Ghassan Hage on racism and the mob. Listen to the full conversation on White Fantasies and Arab Fictions between Ghassan Hage, Michael Mohammed Ahmad and Greg Noble.

Our Next Seminar

The Writing & Society Research Centre at Western Sydney University warmly invites you to
Paul Magee on "We do not know exactly what we are going to say until we have said it": Interview data on how poems are made

Friday 3 June
11.00am -12.30pm
Building 3.G.55, Bankstown Campus, Western Sydney University
This paper reflects on 28 in-depth interviews with celebrated Anglophone poets, including Rae Armantrout, Alison Croggon, Brook Emery, Kenneth Goldsmith, Medbh McGuckian, G.C. Waldrep, C.D. Wright and C.K. Williams. It focuses on responses to a question that split those poets into two opposed camps. The question concerned the function of spontaneity in poetic composition. The majority of poets interviewed said yes, often quite enthusiastically, to W. H. Auden's proposition in Secondary Worlds (1968) that when we 'genuinely speak' we are unaware of what we are about to say; and many also seemed happy to affirm his intimation that such unpremeditated utterance constitutes a key source of poetic value. Those who rejected these ideas were often passionate on the matter as well. The paper attempts to account for the causes of their split.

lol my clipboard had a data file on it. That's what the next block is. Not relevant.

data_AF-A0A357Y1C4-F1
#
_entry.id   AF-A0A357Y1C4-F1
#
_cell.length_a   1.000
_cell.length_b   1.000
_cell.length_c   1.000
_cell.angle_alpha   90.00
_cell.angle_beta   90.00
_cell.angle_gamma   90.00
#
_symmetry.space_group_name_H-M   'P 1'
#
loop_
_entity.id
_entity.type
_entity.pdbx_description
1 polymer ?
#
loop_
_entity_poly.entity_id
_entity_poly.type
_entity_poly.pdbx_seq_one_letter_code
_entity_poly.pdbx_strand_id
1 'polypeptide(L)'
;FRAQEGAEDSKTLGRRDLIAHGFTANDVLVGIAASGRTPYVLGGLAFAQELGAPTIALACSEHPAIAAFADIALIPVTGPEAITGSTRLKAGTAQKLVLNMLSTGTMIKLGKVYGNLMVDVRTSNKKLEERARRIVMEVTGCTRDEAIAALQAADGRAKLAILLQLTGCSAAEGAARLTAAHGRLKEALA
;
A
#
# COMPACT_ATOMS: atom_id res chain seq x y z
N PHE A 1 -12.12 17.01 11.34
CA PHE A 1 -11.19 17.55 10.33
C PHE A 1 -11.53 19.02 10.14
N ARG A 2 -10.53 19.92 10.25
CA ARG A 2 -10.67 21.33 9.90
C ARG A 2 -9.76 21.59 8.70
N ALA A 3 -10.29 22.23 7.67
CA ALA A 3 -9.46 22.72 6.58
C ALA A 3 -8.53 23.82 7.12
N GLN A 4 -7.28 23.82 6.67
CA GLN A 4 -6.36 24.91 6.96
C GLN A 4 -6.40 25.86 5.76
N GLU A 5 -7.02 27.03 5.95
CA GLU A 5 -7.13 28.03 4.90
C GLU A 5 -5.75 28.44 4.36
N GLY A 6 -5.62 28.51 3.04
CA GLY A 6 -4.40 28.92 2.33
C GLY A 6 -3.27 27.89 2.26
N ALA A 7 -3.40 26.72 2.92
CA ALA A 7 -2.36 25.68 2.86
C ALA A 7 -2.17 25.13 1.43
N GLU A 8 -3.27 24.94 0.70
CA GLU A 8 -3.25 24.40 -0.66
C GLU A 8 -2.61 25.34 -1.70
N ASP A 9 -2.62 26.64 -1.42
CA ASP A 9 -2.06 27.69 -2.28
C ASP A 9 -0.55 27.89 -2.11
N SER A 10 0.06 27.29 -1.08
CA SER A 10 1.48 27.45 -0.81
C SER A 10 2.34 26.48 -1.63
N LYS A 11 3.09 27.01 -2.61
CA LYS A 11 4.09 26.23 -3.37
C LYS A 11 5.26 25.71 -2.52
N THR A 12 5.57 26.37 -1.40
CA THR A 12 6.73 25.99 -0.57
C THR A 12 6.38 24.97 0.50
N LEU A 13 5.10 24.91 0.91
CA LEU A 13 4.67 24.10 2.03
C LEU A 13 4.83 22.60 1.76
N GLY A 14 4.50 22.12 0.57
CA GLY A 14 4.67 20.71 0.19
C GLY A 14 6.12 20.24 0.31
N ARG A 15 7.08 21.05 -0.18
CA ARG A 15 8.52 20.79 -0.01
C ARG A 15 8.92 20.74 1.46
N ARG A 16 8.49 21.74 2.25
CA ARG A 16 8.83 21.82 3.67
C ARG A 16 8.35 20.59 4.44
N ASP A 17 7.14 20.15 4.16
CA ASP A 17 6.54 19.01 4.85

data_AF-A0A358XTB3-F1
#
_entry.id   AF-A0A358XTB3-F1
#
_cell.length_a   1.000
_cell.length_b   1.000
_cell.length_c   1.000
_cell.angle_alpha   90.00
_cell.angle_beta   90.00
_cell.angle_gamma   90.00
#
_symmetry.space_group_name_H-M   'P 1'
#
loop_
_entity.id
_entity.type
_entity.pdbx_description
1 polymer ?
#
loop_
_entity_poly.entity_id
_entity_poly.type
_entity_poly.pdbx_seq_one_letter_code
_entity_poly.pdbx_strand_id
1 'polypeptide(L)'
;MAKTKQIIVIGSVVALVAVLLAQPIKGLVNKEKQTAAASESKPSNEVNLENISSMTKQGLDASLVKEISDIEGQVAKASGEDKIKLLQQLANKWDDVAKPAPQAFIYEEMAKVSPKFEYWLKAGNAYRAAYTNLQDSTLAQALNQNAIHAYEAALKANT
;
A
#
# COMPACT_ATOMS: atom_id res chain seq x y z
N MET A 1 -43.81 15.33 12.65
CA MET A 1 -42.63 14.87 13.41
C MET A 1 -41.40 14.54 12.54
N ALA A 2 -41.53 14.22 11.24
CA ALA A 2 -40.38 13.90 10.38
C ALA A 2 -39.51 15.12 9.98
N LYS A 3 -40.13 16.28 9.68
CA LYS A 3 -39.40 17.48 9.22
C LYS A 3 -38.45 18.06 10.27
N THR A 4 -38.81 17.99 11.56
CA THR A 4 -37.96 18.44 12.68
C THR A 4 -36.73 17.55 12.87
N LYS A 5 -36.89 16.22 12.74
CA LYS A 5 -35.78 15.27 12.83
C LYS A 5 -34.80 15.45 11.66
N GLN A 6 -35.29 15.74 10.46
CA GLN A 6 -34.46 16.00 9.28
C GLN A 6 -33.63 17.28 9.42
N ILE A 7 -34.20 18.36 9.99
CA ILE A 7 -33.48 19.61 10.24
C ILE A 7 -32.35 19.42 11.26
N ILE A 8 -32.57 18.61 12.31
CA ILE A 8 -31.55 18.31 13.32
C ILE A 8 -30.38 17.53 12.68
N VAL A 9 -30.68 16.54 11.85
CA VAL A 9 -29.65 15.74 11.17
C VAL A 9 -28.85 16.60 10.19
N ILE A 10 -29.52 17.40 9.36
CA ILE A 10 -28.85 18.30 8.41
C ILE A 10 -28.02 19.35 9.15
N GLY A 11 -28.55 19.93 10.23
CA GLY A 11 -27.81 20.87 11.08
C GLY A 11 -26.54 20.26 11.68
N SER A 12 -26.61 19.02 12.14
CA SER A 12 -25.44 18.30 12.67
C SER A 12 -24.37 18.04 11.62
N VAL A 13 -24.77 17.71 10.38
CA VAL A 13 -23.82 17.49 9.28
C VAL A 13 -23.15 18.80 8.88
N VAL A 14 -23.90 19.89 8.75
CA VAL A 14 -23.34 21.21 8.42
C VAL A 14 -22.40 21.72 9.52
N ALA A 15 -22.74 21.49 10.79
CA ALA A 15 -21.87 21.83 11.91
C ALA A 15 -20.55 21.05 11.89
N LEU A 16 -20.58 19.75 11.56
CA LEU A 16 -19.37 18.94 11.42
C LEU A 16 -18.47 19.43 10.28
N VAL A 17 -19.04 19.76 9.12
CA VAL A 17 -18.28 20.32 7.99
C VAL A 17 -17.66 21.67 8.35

Paul Magee is author of From Here to Tierra del Fuego (University of Illinois Press: 2000), Cube Root of Book (John Leonard Press: 2006), shortlisted for the Innovation Award at the Adelaide Festival Awards 2008, and Stone Postcard (2014), listed in Australian Book Review as one of the books of the year for 2014. Paul is CI on the Australian Research Council funded Discovery Project Understanding Creative Excellence: A Case Study in Poetry, 2013-16. He teaches poetry and criticism at the University of Canberra, where he is Associate Professor.

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